Support for dealing with incontinence
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PostPosted: Fri Dec 20, 2019 10:30 am 

Joined: Sat Mar 18, 2017 10:36 am
Posts: 11
Finding the best kind of protection is a big concern for those of us who are incontinent. Sometimes the variety available looks bewildering; many kinds of incontinence wear are usually referred to by brand names, which convey little to those of us who are not familiar with many of the brands available. So what can be done to give us guidance on how to identify what is best or at least good for each of us?

Before going any further, I should explain a little about my own situation, as this will affect how I see the choices available. In 2013 an accident left me with spinal injury at C4/5, paralysis, severe spasticity and double incontinence. I have a suprapubic catheter and bowel evacuations by district nurses on alternate days. I wear an Abri San Premium 6 pad all the time, held in place by Abena Abri Fix fixation pants or Allanda iD Expert Ultra.

Something that gives us the protection we need is essential but is not the only consideration: there are also issues of appearance and cost.

Appearance: many concerns are expressed about whether incontinence wear will be detectable beneath outer clothing; some feel restricted to clothing which will hide the fact that we are incontinent; so a less bulky alternative might be preferable so long as it does the job. There is also the issue of how we feel about the appearance of our incontinence wear when it is seen by nurses, carers, partners or whoever. Certainly manufacturers pay attention to making their products look attractive, in many cases, as close in appearance to normal underwear as they can.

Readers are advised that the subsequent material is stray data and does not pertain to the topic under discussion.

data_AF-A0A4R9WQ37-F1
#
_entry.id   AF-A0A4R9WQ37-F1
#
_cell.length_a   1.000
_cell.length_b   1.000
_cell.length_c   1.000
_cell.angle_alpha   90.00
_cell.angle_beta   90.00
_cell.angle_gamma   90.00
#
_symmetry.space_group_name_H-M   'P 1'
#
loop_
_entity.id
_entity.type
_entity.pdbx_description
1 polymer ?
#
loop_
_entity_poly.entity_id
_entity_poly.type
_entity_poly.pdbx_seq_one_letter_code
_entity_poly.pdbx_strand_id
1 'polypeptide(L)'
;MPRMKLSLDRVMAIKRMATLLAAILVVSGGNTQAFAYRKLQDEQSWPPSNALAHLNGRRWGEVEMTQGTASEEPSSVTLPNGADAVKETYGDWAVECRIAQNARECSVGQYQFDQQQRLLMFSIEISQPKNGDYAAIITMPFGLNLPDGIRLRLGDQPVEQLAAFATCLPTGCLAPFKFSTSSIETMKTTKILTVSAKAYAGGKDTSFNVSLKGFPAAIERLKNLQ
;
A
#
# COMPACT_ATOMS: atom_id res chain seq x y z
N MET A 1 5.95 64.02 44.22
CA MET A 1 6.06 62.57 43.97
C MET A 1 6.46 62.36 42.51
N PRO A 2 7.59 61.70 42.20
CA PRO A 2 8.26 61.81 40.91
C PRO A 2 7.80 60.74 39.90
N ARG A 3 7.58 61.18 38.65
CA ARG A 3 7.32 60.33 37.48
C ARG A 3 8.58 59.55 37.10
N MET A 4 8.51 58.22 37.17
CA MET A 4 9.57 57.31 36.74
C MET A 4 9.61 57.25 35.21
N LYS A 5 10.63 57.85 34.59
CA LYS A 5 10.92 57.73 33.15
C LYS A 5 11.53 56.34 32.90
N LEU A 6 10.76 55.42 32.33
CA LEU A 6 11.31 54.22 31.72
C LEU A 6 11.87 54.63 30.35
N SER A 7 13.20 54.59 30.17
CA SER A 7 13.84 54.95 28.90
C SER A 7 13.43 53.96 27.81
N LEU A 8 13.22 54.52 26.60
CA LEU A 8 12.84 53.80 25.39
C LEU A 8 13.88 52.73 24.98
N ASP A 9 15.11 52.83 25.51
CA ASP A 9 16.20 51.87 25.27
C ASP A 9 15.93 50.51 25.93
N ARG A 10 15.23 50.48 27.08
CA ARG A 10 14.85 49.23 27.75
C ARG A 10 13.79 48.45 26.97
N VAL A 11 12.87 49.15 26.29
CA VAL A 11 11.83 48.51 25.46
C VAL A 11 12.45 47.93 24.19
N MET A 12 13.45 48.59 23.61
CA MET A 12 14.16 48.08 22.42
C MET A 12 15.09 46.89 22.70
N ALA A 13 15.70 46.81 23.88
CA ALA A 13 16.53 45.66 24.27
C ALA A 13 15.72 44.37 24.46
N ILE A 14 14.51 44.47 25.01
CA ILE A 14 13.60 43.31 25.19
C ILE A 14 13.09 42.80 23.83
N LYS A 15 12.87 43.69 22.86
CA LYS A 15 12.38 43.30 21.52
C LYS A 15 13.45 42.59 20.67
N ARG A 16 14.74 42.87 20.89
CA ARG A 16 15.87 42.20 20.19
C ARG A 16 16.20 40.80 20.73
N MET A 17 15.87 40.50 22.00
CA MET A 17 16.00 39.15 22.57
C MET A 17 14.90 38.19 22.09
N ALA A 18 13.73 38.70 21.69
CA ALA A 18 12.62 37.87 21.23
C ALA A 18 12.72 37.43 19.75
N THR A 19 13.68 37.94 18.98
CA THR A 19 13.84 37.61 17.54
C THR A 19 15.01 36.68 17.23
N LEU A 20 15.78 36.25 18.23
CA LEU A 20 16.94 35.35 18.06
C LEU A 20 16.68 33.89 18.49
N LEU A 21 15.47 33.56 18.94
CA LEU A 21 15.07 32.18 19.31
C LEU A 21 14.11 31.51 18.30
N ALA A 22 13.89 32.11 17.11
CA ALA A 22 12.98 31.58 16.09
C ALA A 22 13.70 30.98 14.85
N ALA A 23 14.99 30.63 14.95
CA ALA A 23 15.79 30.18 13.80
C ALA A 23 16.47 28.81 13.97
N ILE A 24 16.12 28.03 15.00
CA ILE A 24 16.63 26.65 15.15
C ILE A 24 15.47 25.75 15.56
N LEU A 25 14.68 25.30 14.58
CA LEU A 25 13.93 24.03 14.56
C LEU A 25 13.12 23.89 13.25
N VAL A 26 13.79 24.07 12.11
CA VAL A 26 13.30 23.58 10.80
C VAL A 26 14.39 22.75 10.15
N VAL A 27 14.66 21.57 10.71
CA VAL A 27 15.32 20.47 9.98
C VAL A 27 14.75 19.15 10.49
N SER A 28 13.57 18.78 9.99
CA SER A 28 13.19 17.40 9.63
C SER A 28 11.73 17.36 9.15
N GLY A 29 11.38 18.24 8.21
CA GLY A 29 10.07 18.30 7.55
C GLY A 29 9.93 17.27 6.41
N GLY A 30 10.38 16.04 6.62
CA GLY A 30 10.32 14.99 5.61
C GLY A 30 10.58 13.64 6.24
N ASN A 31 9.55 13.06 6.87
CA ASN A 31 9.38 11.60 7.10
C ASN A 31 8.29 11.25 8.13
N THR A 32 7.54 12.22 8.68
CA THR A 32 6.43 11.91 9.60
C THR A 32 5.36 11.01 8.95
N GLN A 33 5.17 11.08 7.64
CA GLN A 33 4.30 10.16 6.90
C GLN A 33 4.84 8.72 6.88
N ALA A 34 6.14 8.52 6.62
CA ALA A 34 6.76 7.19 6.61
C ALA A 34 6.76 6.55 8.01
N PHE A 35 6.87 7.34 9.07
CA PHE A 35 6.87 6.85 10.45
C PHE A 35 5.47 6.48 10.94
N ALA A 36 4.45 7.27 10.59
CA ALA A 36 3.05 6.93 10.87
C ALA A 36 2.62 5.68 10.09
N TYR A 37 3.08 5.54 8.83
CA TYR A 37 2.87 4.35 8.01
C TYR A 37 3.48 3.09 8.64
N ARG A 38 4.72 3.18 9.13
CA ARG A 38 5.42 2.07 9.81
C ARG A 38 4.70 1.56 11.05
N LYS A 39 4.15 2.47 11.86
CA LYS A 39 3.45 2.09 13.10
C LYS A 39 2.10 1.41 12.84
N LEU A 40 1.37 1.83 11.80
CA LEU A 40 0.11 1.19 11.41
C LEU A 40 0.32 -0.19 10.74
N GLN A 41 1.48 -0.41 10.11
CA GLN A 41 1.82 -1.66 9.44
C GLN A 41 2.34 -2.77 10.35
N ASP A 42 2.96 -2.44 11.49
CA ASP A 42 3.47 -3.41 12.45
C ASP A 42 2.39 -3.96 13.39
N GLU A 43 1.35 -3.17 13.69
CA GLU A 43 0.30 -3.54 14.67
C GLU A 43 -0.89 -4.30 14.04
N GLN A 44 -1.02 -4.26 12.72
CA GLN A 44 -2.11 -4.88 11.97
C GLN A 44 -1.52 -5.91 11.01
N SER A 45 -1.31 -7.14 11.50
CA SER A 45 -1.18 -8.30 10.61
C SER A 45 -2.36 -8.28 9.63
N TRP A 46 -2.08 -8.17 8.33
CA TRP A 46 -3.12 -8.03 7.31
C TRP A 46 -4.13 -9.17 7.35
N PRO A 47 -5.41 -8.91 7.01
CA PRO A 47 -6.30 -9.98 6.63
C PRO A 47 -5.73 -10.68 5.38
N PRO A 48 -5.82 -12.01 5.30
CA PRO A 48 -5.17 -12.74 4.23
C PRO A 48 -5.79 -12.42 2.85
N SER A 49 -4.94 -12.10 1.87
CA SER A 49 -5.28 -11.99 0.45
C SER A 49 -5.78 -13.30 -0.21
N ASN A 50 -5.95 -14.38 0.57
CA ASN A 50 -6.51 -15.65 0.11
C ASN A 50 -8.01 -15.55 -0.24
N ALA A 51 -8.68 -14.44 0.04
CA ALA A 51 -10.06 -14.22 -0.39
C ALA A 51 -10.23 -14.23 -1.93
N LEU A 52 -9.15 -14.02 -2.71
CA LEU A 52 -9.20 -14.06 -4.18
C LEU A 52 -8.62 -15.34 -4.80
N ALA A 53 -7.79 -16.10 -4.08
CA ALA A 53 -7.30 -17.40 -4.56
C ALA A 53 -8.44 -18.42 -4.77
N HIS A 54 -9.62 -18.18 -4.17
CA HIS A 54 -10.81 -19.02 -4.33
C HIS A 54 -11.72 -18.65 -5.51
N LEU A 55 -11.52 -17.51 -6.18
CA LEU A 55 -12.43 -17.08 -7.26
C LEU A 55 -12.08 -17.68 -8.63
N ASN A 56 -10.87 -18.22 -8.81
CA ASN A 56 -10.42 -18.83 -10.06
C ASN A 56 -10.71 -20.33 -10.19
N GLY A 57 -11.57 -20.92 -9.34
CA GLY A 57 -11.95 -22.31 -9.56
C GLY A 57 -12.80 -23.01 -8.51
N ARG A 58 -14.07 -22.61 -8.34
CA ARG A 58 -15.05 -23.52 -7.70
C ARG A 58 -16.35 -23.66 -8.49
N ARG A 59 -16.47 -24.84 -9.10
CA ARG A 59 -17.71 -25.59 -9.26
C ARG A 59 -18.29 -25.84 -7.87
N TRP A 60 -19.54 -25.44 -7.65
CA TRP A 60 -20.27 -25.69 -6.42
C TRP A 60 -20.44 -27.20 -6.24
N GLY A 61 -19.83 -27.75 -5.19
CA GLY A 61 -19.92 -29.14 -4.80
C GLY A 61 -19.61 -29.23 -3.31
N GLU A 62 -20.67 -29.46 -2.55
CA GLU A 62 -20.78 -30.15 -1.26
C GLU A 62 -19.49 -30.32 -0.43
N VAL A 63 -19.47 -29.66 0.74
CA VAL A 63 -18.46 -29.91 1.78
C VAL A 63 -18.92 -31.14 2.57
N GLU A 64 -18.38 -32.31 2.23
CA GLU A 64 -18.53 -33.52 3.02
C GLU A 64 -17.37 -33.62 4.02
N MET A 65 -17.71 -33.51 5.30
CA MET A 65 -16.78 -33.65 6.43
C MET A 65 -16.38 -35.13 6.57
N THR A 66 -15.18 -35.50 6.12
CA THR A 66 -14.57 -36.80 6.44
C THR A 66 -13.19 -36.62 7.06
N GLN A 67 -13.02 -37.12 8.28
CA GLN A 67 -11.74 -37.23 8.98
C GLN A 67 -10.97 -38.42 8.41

For some, life style will influence the significance they attach to appearance. I spend all day in a wheelchair and all night flat on my back in bed. More active people are likely to be more concerned about whether their incontinence wear is hidden by their outer clothing.

Cost: why pay more than we need to for something that does the job and is of acceptable appearance?

Diapers, pull-ups, fixation pants, nets or knickers with many brand names are really all variations of ways to hold a pad of absorbent material in place and to be able to get access to it as needed. The differences between the variety of incontinence wear amount to a few features:

amount of absorbency;

whether they open with tapes or studs (diapers), usually at the sides or whether they are sufficiently stretchy so that no opening is needed (pull-ups or fixation pants);

material used: waterproof (usually plastic or rubber) or textile.

washable or disposable. This is likely to affect cost. My washable fixation pants cost very little. I use only about six per year. The last pack I bought cost £6 for 25. I use one disposable pad per day costing around 30-35p.

Whether the pad is fixed to the pants, such as in a pocket, or just covered by them might be significant for those who have an active lifestyle. Some fixation pants, including mine, allow the pad to be moved in them.

Gender: neither the pads or pants that I use indicate on the packets which gender they are intended for; presumably they are for both. This seems to be quite common. The difference in position of the urethra perhaps makes that surprising. My pads are long enough to reach the entry point of my suprapubic catheter if not placed too high at the back. Some brands of pad are clearly female.

So how can we find what incontinence wear suits us best or at least well enough? A good starting point would be an estimate of urine leakage, and if applicable, faecal leakage, per day. This will set limits on what would work, frequency of changing and whether disposable or washable would affect the cost. Having a suprapubic catheter reduces a great deal the capacity needed for my pad. Bowel evacuations result in faecal leakage being unusual for me.

Some of the advertisements for branded incontinence wear give quite good guidance on questions such as level of absorbency, method of opening, material used whether washable or not and other issues raised here.

PostPosted: Fri Dec 20, 2019 5:56 pm 

Joined: Sat Mar 29, 2014 11:45 am
Posts: 1386

I feel inadequate to respond to your thoughtful post. Perhaps you should aim your concerns and questions in the direction of a continence nurse. Living as you do from bed to wheelchair makes anything I might type, however well intended, irrelevant. Your situation and the ways you deal with it make your contribution here invaluable. Thank you, and report back when you can.

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